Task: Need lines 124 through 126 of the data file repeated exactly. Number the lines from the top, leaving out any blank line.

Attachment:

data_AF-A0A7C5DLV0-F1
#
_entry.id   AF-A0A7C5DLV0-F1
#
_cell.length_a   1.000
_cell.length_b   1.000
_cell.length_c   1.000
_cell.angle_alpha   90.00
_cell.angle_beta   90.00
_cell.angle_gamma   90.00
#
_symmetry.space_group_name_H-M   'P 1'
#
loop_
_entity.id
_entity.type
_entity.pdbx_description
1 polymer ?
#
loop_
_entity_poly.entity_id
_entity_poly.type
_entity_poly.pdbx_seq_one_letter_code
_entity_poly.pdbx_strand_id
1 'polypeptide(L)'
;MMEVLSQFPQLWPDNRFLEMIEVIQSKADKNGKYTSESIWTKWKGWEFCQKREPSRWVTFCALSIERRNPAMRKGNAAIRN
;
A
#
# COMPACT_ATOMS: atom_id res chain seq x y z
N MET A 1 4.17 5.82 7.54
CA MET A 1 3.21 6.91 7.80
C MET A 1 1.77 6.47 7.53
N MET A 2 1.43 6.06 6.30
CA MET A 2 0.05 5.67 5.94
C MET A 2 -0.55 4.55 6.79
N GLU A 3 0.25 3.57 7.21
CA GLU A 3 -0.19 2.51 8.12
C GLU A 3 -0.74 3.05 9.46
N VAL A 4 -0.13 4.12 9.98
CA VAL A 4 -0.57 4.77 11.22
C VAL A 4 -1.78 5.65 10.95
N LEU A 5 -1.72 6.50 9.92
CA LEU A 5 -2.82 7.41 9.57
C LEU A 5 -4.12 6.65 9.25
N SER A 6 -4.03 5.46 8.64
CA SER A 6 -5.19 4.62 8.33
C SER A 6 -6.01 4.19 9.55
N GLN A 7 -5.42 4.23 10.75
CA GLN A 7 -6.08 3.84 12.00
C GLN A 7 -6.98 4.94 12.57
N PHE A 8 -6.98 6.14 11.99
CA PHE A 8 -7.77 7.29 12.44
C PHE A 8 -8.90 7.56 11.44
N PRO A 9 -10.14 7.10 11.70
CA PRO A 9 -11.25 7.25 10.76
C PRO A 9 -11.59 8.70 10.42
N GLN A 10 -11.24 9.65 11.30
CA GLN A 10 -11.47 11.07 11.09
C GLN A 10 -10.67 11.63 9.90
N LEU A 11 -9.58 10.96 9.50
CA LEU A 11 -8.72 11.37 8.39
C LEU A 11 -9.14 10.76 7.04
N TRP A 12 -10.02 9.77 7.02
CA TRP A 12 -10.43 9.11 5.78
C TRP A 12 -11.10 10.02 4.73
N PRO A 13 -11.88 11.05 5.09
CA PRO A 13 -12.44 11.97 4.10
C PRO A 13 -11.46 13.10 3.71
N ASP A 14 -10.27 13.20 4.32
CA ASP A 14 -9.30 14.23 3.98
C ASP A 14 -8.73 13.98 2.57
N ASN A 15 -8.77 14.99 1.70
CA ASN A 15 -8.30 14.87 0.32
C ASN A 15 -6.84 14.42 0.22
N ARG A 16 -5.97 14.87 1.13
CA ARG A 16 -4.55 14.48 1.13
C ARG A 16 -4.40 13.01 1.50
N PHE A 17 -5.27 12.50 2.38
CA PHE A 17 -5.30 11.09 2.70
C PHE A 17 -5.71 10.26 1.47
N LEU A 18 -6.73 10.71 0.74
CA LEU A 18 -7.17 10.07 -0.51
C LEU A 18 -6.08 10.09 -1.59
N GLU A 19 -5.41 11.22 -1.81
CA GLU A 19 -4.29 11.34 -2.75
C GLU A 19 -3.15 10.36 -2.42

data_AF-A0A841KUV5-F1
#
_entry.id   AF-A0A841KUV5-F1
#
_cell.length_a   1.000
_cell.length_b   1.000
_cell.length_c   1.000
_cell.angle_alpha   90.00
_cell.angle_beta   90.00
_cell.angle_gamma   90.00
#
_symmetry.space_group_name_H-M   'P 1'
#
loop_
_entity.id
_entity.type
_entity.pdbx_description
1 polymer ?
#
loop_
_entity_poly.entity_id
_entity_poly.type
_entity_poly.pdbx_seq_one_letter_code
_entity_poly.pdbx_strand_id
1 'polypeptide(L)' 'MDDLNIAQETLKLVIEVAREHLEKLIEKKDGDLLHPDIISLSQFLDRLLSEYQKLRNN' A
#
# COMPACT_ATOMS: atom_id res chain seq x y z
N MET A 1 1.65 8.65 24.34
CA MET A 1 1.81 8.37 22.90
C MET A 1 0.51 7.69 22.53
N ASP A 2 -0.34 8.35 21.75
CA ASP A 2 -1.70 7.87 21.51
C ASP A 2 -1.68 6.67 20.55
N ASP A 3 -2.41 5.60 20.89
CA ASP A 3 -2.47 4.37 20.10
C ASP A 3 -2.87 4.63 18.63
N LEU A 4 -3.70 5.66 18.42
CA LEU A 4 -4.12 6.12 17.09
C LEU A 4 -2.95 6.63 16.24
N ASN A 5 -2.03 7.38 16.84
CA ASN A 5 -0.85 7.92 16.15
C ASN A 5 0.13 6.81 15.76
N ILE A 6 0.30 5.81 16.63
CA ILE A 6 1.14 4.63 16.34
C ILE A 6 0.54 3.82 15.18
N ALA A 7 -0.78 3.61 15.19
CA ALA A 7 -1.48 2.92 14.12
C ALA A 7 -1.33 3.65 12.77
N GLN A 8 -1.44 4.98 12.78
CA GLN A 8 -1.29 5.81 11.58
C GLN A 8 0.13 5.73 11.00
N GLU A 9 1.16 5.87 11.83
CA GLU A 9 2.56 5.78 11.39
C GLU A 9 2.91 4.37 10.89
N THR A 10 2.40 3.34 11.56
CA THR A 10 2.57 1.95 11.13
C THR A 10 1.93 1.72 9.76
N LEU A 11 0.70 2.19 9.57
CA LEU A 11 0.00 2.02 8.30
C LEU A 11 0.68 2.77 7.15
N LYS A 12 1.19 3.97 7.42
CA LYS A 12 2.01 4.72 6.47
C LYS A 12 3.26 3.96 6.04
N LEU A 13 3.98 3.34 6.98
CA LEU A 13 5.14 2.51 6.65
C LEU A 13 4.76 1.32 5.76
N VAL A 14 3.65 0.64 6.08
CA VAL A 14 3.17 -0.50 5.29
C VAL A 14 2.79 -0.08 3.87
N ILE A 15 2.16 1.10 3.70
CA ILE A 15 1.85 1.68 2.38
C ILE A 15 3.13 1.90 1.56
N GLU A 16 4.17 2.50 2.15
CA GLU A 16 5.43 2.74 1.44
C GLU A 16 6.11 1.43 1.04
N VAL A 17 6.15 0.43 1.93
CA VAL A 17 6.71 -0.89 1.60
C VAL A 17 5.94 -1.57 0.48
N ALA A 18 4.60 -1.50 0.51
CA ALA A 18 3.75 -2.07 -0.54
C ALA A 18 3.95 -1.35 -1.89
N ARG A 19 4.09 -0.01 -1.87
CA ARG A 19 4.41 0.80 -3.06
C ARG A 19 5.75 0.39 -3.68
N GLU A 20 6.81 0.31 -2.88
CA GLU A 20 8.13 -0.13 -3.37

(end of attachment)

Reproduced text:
N LEU A 4 -3.70 5.66 18.42
CA LEU A 4 -4.12 6.12 17.09
C LEU A 4 -2.95 6.63 16.24